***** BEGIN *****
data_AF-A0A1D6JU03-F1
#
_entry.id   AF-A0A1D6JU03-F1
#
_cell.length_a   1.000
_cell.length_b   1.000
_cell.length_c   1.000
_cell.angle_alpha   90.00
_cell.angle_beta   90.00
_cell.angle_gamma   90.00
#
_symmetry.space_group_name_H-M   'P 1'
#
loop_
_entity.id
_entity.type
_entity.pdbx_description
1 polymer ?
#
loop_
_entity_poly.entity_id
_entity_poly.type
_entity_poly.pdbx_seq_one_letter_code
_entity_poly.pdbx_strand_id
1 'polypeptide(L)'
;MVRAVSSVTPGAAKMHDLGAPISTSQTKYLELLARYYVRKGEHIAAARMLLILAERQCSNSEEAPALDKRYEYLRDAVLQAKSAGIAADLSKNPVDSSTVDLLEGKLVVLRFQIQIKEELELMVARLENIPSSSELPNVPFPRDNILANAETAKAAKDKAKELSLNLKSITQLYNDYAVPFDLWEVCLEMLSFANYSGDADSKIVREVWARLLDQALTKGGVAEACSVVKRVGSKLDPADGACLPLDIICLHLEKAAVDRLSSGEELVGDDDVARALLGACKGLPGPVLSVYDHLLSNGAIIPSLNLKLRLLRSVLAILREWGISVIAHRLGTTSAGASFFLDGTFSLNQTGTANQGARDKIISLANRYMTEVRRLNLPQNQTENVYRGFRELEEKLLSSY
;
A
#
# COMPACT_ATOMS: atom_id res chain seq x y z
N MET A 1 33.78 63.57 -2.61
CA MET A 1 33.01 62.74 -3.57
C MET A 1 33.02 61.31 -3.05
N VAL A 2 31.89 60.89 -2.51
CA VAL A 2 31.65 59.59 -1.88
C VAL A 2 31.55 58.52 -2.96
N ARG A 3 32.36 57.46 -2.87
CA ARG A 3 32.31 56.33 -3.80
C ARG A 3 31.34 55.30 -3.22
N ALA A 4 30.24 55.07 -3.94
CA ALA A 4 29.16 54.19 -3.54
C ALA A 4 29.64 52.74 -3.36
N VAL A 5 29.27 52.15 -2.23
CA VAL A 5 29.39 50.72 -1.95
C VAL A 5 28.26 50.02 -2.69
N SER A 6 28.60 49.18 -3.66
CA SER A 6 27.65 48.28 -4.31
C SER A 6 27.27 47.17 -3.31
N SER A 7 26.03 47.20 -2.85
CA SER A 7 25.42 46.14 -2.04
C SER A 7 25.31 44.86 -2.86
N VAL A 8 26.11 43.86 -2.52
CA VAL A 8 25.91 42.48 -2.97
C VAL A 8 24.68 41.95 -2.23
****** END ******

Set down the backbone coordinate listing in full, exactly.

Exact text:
data_AF-A0A1D6JU03-F1
#
_entry.id   AF-A0A1D6JU03-F1
#
_cell.length_a   1.000
_cell.length_b   1.000
_cell.length_c   1.000
_cell.angle_alpha   90.00
_cell.angle_beta   90.00
_cell.angle_gamma   90.00
#
_symmetry.space_group_name_H-M   'P 1'
#
loop_
_entity.id
_entity.type
_entity.pdbx_description
1 polymer ?
#
loop_
_entity_poly.entity_id
_entity_poly.type
_entity_poly.pdbx_seq_one_letter_code
_entity_poly.pdbx_strand_id
1 'polypeptide(L)'
;MVRAVSSVTPGAAKMHDLGAPISTSQTKYLELLARYYVRKGEHIAAARMLLILAERQCSNSEEAPALDKRYEYLRDAVLQAKSAGIAADLSKNPVDSSTVDLLEGKLVVLRFQIQIKEELELMVARLENIPSSSELPNVPFPRDNILANAETAKAAKDKAKELSLNLKSITQLYNDYAVPFDLWEVCLEMLSFANYSGDADSKIVREVWARLLDQALTKGGVAEACSVVKRVGSKLDPADGACLPLDIICLHLEKAAVDRLSSGEELVGDDDVARALLGACKGLPGPVLSVYDHLLSNGAIIPSLNLKLRLLRSVLAILREWGISVIAHRLGTTSAGASFFLDGTFSLNQTGTANQGARDKIISLANRYMTEVRRLNLPQNQTENVYRGFRELEEKLLSSY
;
A
#
# COMPACT_ATOMS: atom_id res chain seq x y z
N MET A 1 33.78 63.57 -2.61
CA MET A 1 33.01 62.74 -3.57
C MET A 1 33.02 61.31 -3.05
N VAL A 2 31.89 60.89 -2.51
CA VAL A 2 31.65 59.59 -1.88
C VAL A 2 31.55 58.52 -2.96
N ARG A 3 32.36 57.46 -2.87
CA ARG A 3 32.31 56.33 -3.80
C ARG A 3 31.34 55.30 -3.22
N ALA A 4 30.24 55.07 -3.94
CA ALA A 4 29.16 54.19 -3.54
C ALA A 4 29.64 52.74 -3.36
N VAL A 5 29.27 52.15 -2.23
CA VAL A 5 29.39 50.72 -1.95
C VAL A 5 28.26 50.02 -2.69
N SER A 6 28.60 49.18 -3.66
CA SER A 6 27.65 48.28 -4.31
C SER A 6 27.27 47.17 -3.31
N SER A 7 26.03 47.20 -2.85
CA SER A 7 25.42 46.14 -2.04
C SER A 7 25.31 44.86 -2.86
N VAL A 8 26.11 43.86 -2.52
CA VAL A 8 25.91 42.48 -2.97
C VAL A 8 24.68 41.95 -2.23